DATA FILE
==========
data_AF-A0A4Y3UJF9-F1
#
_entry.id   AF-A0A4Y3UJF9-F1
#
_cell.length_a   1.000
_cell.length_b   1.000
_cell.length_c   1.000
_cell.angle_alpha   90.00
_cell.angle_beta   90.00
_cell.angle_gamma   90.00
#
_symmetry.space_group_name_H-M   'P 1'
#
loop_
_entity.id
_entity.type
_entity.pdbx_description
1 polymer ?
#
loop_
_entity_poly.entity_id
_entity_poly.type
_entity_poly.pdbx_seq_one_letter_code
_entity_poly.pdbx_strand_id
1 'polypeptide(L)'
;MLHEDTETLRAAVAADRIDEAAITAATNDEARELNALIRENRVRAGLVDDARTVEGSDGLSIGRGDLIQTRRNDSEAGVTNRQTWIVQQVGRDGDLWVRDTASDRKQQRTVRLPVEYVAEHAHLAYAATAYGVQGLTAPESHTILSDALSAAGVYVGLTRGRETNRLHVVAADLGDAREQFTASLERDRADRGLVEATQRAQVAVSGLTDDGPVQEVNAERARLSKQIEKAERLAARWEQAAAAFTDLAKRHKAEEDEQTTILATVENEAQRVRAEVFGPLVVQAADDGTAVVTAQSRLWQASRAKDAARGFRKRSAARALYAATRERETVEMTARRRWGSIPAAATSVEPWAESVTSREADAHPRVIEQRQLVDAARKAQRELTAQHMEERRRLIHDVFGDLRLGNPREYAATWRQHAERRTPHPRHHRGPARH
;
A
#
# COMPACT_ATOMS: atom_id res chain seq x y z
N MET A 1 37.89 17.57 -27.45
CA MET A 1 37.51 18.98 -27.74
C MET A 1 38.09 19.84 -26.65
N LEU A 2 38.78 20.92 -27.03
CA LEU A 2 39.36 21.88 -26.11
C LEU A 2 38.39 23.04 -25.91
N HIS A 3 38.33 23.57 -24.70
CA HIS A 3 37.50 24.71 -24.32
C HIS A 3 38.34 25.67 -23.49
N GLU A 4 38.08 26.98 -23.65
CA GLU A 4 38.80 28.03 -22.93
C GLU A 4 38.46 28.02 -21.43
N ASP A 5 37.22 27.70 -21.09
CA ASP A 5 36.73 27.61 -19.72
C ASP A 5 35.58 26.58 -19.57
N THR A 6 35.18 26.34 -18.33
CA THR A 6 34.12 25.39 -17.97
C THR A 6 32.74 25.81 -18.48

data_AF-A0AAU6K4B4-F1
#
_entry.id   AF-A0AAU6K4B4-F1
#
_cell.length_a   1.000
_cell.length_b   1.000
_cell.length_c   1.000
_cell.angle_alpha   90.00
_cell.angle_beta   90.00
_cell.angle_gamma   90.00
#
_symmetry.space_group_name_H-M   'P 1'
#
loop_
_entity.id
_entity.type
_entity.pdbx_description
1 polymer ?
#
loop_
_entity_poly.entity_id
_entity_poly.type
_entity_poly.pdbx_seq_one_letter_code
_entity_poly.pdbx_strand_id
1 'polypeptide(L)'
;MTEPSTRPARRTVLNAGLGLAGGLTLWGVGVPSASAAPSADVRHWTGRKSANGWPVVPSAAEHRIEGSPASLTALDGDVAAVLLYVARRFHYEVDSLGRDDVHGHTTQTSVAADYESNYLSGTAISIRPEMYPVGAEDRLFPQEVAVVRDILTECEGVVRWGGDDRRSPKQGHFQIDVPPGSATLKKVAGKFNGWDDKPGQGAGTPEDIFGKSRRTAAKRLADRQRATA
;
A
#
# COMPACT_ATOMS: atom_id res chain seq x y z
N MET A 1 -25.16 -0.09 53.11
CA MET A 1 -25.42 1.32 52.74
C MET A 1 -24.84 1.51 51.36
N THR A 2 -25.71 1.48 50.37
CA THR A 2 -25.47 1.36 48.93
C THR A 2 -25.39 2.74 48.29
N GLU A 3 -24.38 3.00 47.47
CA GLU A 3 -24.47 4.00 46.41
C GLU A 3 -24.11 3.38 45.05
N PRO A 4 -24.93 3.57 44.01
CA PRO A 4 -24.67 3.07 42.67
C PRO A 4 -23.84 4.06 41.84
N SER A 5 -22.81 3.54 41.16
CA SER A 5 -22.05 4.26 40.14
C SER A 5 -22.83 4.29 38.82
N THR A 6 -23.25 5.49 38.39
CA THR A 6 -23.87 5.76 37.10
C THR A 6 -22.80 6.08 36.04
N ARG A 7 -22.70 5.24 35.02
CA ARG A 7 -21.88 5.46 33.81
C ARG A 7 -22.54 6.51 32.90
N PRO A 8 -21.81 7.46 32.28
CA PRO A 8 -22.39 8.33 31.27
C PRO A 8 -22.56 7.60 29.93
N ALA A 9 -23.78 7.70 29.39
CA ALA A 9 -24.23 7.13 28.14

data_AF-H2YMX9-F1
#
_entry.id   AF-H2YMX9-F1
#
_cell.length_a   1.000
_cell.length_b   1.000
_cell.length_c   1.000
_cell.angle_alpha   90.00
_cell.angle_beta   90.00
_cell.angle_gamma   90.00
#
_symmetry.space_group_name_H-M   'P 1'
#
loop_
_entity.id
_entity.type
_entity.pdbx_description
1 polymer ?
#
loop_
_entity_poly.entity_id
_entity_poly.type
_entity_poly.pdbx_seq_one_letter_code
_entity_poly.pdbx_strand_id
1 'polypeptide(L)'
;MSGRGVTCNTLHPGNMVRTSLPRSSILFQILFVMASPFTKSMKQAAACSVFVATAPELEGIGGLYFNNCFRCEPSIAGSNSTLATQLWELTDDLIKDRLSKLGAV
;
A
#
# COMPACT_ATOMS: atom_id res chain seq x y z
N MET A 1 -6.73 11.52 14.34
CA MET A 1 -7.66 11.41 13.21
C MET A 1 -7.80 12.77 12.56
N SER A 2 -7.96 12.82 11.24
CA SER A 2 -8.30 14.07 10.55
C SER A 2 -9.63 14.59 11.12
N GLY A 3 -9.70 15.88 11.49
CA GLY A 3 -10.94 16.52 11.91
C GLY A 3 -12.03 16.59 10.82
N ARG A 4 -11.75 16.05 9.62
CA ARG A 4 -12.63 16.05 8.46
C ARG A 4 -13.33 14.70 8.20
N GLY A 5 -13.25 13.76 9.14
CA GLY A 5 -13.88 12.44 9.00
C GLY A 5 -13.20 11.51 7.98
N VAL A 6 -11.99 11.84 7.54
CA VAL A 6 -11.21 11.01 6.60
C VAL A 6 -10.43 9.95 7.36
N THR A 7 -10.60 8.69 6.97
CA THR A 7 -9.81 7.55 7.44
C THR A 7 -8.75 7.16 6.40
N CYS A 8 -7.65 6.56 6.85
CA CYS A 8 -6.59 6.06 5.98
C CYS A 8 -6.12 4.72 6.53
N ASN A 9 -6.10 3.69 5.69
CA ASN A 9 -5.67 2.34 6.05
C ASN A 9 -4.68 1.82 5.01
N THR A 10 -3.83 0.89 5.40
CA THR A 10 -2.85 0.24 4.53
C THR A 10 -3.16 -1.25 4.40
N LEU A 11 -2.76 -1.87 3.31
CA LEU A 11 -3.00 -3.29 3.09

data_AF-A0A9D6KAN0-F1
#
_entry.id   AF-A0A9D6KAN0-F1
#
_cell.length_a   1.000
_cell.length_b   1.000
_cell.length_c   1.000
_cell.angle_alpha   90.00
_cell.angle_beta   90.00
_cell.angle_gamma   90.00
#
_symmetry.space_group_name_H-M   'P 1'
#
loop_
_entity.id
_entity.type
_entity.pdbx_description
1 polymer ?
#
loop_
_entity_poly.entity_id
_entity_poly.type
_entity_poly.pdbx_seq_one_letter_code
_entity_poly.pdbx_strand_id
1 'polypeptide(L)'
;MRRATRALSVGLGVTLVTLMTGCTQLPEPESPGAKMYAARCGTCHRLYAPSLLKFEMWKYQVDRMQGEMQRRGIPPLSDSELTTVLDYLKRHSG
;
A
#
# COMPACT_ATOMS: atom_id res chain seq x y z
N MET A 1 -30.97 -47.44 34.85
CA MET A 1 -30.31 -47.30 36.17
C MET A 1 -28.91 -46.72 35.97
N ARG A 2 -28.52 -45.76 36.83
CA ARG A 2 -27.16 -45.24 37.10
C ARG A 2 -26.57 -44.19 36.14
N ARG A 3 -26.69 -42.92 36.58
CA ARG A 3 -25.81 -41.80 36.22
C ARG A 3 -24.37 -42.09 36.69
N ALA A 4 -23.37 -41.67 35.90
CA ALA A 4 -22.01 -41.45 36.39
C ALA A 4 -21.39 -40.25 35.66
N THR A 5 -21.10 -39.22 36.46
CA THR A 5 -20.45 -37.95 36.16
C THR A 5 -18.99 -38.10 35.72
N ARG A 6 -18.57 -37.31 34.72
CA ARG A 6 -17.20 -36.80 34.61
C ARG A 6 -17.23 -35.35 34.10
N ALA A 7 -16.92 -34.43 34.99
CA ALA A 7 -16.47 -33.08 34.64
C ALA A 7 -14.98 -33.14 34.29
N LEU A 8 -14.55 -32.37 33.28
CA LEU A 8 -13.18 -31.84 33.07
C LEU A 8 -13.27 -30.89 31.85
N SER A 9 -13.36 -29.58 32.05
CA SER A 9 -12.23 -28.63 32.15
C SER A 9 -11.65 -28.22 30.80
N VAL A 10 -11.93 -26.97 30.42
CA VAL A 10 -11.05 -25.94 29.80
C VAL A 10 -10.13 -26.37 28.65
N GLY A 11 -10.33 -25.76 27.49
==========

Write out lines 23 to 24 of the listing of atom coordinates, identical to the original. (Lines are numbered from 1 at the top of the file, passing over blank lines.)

_entity_poly.pdbx_seq_one_letter_code
_entity_poly.pdbx_strand_id